Over-fishing and demand for shark fins, an expensive delicacy, have pushed one of the world’s iconic animals towards the brink of extinction, say experts.
The scalloped hammerhead shark is to be added to the official endangered species list this year, under the heading “globally endangered”.
Their plight has been discussed at the American Association for the Advancement of Science annual meeting. It was told that enforcement of marine reserves would aid shark protection.
The observation takes account of new research that shows hammerhead and great white sharks patrol fixed routes in the ocean, gathering at hotspots to mate or feed.
Dr Julia Baum, a marine ecologist at the Scripps Institution of Oceanography, US, and a member of the World Conservation Union (IUCN), said excessive fishing was putting many of the ocean’s “most majestic predators” at risk of extinction.
Speaking at the Boston meeting, she said: “Sharks evolved 400 million years ago, and we could now lose some species in the next few decades – so that would be just a blink of an eye in evolutionary time.”
She said conservation concern for sharks had been mounting for several years, and it was now critical that there was effective management action in order to restore and conserve their numbers.
Fishing for sharks in international waters is unrestricted, but conservation groups are calling for urgent measures to set limits on shark catch and fishing quotas.
They say demand for shark fins as an expensive delicacy is greatly increasing the pressure on shark populations.
They want a meaningful ban on the practice of shark finning, which involves a shark’s fins being removed before the rest of the animal is thrown back into the ocean to die.
Hammerheads are among the most commonly caught sharks for finning. A large shark fin can fetch over £50 a kilo.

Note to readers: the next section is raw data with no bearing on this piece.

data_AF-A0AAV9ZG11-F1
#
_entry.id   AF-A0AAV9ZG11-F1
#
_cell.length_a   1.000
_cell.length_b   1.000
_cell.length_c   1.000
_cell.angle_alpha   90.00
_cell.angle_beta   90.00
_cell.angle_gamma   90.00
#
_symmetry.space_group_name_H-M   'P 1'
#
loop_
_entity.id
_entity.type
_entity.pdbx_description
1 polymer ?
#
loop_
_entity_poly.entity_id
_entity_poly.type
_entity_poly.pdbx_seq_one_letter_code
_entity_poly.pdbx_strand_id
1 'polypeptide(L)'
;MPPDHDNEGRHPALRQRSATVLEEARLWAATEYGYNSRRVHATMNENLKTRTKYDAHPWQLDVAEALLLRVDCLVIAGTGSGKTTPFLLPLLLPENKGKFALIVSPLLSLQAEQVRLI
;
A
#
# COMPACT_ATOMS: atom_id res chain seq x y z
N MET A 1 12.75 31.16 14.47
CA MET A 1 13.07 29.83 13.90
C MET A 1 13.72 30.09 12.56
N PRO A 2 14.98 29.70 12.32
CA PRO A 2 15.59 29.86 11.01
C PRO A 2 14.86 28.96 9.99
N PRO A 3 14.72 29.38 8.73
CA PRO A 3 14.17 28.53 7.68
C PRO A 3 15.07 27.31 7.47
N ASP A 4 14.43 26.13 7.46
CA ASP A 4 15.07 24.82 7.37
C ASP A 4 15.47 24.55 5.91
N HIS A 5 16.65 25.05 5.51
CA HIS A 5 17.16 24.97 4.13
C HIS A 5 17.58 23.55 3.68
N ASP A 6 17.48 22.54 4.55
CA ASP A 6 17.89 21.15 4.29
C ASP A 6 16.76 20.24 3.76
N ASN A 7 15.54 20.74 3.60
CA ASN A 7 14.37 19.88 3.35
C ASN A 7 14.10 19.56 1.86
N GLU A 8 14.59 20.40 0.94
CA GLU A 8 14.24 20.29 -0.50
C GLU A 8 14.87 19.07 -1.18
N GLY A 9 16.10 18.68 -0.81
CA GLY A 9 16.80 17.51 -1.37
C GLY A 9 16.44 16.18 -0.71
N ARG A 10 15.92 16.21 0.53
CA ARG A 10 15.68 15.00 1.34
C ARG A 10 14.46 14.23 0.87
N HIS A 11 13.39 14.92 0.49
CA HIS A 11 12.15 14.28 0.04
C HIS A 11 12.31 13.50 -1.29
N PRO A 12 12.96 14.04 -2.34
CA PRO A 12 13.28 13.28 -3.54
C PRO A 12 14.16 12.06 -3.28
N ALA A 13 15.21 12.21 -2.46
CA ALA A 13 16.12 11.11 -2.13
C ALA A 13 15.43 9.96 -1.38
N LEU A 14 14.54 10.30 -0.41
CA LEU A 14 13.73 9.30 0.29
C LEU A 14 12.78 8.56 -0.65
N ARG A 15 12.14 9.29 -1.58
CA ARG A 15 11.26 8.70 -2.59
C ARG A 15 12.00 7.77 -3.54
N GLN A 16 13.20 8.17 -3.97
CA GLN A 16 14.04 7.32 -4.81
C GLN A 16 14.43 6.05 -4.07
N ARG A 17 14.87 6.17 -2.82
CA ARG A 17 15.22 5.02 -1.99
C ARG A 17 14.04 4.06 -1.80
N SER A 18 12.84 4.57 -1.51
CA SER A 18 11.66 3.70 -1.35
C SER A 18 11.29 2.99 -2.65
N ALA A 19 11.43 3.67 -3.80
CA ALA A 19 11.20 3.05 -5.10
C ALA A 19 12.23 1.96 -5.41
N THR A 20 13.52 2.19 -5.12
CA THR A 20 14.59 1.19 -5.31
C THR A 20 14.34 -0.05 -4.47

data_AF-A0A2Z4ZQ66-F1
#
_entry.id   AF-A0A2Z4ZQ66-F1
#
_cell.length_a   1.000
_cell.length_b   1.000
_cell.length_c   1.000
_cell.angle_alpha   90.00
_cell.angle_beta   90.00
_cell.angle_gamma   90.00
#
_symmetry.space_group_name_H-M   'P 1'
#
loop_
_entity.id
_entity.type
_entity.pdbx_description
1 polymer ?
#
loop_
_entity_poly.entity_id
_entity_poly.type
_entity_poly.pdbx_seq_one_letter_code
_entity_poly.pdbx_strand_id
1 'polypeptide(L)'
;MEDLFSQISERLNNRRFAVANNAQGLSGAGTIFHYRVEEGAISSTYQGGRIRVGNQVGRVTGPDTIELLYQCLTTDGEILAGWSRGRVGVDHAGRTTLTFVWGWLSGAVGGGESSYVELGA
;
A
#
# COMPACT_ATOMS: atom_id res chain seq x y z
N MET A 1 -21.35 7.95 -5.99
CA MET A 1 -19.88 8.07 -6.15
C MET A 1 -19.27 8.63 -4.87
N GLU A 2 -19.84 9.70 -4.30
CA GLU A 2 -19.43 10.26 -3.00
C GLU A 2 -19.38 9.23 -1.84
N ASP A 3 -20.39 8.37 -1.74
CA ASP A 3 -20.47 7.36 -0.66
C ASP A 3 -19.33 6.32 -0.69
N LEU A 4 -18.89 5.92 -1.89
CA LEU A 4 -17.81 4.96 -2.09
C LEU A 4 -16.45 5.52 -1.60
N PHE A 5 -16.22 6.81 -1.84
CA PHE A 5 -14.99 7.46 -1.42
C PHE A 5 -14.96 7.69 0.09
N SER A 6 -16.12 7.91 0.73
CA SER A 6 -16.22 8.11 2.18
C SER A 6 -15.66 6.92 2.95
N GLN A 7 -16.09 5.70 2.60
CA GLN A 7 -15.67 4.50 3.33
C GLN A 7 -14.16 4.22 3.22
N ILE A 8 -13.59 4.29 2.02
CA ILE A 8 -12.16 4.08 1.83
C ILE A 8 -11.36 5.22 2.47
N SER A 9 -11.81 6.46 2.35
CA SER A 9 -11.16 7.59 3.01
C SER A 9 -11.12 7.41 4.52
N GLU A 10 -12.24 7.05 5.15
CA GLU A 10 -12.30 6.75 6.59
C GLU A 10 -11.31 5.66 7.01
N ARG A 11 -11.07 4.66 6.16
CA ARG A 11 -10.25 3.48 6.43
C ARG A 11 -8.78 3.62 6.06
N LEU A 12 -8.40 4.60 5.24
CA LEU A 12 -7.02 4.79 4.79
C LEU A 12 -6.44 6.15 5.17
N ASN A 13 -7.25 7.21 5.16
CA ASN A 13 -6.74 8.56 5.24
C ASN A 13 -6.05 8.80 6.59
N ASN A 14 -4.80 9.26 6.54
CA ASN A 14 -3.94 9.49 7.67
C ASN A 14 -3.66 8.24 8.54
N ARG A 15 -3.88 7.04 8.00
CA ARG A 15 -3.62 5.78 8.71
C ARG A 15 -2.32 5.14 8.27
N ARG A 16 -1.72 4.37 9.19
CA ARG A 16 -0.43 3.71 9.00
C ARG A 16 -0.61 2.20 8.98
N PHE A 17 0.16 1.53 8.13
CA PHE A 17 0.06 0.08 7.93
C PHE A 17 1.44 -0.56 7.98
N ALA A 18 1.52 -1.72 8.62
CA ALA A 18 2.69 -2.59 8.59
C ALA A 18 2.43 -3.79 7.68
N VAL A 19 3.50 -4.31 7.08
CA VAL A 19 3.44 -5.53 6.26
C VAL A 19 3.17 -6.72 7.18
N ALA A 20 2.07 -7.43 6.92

Research presented at the AAAS in Boston is starting to unravel the mysteries of shark behaviour, and how they might best be protected.
Tagging studies show that the scalloped hammerhead gathers at fixed sites around islands in the Eastern Pacific Ocean during its long-distance migrations.
The animals move between a series of “stepping stone” sites off groups of coastal islands between Mexico and Ecuador. They also congregate around mountains rising from the ocean seafloor.
Electronic tagging of 150 great white sharks found off the coast of central California revealed similar findings – the sharks gather in “hotspots”.
One site between Hawaii and Mexico attracted so many visitors that researchers dubbed it “the white shark cafe”.
Salvador Jorgensen, a researcher at Stanford University’s Hopkins Marine Station, US, said it was still not clear why the sharks went there.
“They’re going there to feed, or they’re going there for meeting, where males and females could meet perhaps away from a feeding area, where there’s less competition and more focus on mating behaviour,” he suggested.
The scientists say information on shark “superhighway” routes and stepping stone sites can be used to help fisheries managers focus on protecting these areas.
Previous research by Dr Baum’s team has found that sharks are declining rapidly in parts of the Atlantic Ocean.
All species they looked at had declined by over 50% since the early 1970s.
For many large coastal shark species, the drop in numbers was much greater: tiger, scalloped hammerhead and dusky shark populations have fallen by more than 95%.
A total of 233 shark species are currently on the IUCN Red List, 12 of which are classified “critically endangered”.
Nine, including the scalloped hammerhead, have been added or will be added this year.
Among them are three species of thresher shark and the shortfin mako shark. These are considered “vulnerable to extinction”.